Next on our list of weird Minnesota laws is the No Dirty Tires Law. As muddy, dirty, and watery as Minnesota is, it seems crazy that there’s a law prohibiting vehicles on the highway from having dirty tires. However, in most parts of Minnesota, it’s considered a public nuisance to drive a vehicle with wheels or tires that deposit mud, dirt, sticky substances, and any other forms of litter on the road while you’re driving.
7. The No Public Drunkenness Law
Where most states have laws that prohibit public drunkenness and consider it a public nuisance, Minnesota does just the opposite. As of 2010, Minnesota Statute # 340A.902 titled “Drunkenness Not A Crime” states that “No person may be charged with or convicted of the offense of drunkenness or public drunkenness.”
8. The No Adultery Law
Adultery in Minnesota is a crime, “When a married woman has sexual intercourse with a man other than her husband, whether married or not, both are guilty of adultery and may be sentenced to imprisonment for not more than one year or to payment of a fine of not more than $3,000, or both.” – Minn. Stat. 609.36.
While this weird Minnesota law sounds odd and targets mostly women, there are a few things to keep in mind. Only the offended spouse can initiate this ruling, and it’s very rarely successful when they do so. The complaint also has to be made within one year of the alleged offense. While this law is still in place today, it’s very rarely enforced by a ruling judge.
9. The Wild Boar Law
As part of the Feral Swine Report, there is an actual law that prohibits the breeding, possessing, transporting, or importing of wild boars into the state of Minnesota. This ruling is meant to keep wild boars from invading and running rampant through Minnesota and possibly endangering the ecosystem.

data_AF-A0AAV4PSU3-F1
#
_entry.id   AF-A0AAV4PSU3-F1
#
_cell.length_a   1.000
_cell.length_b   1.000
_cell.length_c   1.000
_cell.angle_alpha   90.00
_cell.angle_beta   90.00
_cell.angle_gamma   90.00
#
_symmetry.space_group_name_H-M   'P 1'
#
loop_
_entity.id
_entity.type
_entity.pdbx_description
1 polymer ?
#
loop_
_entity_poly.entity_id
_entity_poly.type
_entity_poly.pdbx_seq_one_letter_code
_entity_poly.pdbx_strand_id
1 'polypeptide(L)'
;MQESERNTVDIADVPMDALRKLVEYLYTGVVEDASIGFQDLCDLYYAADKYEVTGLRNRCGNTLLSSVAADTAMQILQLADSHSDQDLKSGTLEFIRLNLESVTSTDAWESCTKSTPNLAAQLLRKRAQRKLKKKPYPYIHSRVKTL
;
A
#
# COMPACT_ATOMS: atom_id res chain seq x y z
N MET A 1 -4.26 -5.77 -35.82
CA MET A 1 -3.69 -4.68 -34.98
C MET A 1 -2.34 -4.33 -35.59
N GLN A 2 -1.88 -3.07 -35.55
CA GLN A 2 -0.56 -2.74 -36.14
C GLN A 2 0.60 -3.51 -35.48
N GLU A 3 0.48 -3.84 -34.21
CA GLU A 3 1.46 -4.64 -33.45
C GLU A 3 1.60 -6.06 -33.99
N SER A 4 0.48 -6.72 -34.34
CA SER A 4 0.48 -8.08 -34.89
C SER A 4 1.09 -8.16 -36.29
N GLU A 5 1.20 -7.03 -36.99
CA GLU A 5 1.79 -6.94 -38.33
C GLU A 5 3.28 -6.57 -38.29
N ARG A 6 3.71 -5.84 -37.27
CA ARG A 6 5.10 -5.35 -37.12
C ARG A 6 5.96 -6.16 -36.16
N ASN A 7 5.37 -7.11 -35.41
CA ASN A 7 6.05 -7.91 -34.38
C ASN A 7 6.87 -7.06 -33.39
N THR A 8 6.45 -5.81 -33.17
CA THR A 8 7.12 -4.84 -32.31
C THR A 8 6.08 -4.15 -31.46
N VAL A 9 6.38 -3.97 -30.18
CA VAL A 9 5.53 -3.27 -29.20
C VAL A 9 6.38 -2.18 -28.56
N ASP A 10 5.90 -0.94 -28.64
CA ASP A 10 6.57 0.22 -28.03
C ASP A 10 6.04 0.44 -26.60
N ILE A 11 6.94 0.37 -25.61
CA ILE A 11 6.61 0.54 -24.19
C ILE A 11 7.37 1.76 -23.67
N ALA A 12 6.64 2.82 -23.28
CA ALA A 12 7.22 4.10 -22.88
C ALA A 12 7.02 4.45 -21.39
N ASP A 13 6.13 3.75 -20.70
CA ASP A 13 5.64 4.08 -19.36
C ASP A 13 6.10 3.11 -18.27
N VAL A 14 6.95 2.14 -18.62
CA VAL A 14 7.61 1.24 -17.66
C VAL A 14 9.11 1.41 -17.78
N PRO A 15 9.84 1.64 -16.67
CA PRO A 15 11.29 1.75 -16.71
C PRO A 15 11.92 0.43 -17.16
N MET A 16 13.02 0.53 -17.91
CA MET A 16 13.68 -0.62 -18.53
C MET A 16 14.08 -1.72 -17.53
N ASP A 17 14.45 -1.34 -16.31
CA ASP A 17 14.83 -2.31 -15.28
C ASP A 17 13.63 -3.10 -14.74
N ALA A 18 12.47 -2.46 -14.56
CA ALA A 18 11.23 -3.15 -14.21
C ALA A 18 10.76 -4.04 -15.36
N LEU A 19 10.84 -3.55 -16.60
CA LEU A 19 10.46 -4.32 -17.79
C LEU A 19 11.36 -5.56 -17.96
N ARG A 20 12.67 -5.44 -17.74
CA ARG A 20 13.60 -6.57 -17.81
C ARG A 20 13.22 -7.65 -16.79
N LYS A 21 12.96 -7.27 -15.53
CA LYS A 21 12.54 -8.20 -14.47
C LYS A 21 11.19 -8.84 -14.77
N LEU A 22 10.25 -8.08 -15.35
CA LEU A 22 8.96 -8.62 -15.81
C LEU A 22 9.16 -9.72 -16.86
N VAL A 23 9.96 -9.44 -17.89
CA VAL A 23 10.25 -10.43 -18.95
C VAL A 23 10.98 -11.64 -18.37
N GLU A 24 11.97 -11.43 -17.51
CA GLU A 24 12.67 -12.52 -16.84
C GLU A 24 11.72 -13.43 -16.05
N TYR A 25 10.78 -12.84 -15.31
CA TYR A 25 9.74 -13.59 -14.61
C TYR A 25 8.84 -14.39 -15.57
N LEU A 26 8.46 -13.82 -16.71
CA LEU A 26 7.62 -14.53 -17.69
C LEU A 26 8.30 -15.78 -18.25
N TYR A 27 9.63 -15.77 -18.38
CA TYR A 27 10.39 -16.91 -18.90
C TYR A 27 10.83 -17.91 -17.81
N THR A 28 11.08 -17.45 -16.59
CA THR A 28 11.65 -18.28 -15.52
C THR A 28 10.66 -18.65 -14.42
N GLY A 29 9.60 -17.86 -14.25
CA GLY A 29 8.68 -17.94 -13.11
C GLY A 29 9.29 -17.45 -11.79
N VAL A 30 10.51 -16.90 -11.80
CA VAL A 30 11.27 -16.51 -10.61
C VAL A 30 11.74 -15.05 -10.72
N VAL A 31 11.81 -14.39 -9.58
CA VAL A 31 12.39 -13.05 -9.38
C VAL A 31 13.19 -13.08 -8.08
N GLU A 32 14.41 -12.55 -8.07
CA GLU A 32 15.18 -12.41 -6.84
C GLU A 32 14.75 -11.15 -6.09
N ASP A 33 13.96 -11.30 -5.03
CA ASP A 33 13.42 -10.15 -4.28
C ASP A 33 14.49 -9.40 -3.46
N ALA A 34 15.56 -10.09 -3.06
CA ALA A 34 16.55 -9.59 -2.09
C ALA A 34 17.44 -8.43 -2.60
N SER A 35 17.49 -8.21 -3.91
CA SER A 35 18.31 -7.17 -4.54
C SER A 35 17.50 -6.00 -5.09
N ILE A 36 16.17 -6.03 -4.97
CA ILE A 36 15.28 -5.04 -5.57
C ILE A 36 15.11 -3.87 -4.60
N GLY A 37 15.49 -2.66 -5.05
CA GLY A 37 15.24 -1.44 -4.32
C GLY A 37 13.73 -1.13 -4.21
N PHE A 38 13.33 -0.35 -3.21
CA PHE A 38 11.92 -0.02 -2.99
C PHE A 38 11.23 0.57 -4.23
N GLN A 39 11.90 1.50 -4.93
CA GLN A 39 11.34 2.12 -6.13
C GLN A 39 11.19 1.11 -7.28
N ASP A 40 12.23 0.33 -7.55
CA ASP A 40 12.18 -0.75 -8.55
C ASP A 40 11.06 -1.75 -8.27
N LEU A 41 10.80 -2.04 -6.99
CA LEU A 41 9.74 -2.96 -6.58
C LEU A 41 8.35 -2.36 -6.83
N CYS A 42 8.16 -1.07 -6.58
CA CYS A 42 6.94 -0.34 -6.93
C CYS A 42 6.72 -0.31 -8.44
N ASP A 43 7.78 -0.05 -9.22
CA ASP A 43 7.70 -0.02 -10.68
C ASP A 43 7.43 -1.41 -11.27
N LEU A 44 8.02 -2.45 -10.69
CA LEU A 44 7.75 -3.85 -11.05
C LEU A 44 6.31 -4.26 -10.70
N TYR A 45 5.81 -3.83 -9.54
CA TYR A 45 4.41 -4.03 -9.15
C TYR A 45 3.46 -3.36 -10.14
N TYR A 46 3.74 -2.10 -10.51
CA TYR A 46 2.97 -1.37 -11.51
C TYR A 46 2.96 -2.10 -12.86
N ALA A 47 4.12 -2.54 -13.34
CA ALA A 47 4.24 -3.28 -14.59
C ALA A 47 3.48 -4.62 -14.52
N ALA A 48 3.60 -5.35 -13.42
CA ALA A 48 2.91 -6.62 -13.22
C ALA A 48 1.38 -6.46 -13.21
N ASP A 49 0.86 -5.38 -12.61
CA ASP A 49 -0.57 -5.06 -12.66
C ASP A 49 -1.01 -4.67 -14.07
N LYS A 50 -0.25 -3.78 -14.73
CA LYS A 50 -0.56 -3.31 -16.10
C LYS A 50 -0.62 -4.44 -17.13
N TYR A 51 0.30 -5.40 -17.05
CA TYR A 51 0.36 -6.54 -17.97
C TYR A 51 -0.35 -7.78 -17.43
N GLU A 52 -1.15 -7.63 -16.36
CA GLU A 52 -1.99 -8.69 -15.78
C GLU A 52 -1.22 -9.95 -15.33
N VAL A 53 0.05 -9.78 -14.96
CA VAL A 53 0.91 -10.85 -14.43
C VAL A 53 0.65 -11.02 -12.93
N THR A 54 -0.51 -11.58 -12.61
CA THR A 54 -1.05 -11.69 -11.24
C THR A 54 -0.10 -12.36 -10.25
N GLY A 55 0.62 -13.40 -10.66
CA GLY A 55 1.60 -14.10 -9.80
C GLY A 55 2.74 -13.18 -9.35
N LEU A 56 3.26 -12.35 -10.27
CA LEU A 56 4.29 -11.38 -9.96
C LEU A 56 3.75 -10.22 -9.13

Minnesota has numerous other laws in regards to plants, animals, and the ecosystem in general. There are strict restrictions on adding foreign plants and animals to Minnesota so make sure to check your state and local jurisdictions if you’re thinking about importing plants or animals.
10. The Rodent Law
At one time or another, Minnesota had a serious rodent problem that forced them to create a bounty system for dead rodents, and here’s how it goes.
“The four feet of striped and gray gophers and woodchucks, and both front feet of pocket gophers shall be produced to the chair of the town board of the town where they were killed, and if the chair shall be satisfied that they were killed within the designated territory and by the person producing them, the chair shall certify to the county auditor the number of each kind so killed.” – Minnesota Statute #348.13.
The law goes on to say that any town in Minnesota can come up with a similar law for whatever rodents are causing a problem at the time.
Wrapping Up Weird Minnesota Laws
While it might seem difficult to believe, each of the laws listed above are still enforced outside of the Nursing Home Bingo Law which was revoked in 2015. While some of them may seem strange or obscene, many of them actually serve a purpose and were enacted for a good reason. Whether or not these laws will remain relevant and in existence is up to the governing bodies throughout Minnesota.
If you’re looking for things to do in Minnesota, that we can guarantee are legal, check out our Things to Do page where you’ll find awesome things to do all over this great state.